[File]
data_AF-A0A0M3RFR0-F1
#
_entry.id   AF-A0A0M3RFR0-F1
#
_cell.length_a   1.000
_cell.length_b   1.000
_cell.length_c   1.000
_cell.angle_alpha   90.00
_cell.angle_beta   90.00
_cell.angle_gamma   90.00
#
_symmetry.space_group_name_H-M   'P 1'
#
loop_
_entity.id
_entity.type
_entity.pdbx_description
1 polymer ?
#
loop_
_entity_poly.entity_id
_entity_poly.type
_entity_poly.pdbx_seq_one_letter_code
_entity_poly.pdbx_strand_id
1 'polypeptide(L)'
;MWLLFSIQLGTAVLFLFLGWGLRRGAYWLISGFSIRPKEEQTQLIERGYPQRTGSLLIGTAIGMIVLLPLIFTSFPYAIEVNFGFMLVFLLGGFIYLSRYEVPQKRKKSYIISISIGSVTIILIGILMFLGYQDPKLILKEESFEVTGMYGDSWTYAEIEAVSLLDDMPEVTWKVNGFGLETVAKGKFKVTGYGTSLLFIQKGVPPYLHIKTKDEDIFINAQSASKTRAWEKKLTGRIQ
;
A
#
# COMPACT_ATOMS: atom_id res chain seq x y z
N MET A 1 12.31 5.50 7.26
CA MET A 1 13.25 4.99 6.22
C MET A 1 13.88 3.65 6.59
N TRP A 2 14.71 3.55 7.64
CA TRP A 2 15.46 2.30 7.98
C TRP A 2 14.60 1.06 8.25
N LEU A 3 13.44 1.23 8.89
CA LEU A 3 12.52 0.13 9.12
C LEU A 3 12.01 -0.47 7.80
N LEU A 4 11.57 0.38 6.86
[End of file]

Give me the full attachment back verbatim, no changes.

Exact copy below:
data_AF-A0A0M3RFR0-F1
#
_entry.id   AF-A0A0M3RFR0-F1
#
_cell.length_a   1.000
_cell.length_b   1.000
_cell.length_c   1.000
_cell.angle_alpha   90.00
_cell.angle_beta   90.00
_cell.angle_gamma   90.00
#
_symmetry.space_group_name_H-M   'P 1'
#
loop_
_entity.id
_entity.type
_entity.pdbx_description
1 polymer ?
#
loop_
_entity_poly.entity_id
_entity_poly.type
_entity_poly.pdbx_seq_one_letter_code
_entity_poly.pdbx_strand_id
1 'polypeptide(L)'
;MWLLFSIQLGTAVLFLFLGWGLRRGAYWLISGFSIRPKEEQTQLIERGYPQRTGSLLIGTAIGMIVLLPLIFTSFPYAIEVNFGFMLVFLLGGFIYLSRYEVPQKRKKSYIISISIGSVTIILIGILMFLGYQDPKLILKEESFEVTGMYGDSWTYAEIEAVSLLDDMPEVTWKVNGFGLETVAKGKFKVTGYGTSLLFIQKGVPPYLHIKTKDEDIFINAQSASKTRAWEKKLTGRIQ
;
A
#
# COMPACT_ATOMS: atom_id res chain seq x y z
N MET A 1 12.31 5.50 7.26
CA MET A 1 13.25 4.99 6.22
C MET A 1 13.88 3.65 6.59
N TRP A 2 14.71 3.55 7.64
CA TRP A 2 15.46 2.30 7.98
C TRP A 2 14.60 1.06 8.25
N LEU A 3 13.44 1.23 8.89
CA LEU A 3 12.52 0.13 9.12
C LEU A 3 12.01 -0.47 7.80
N LEU A 4 11.57 0.38 6.86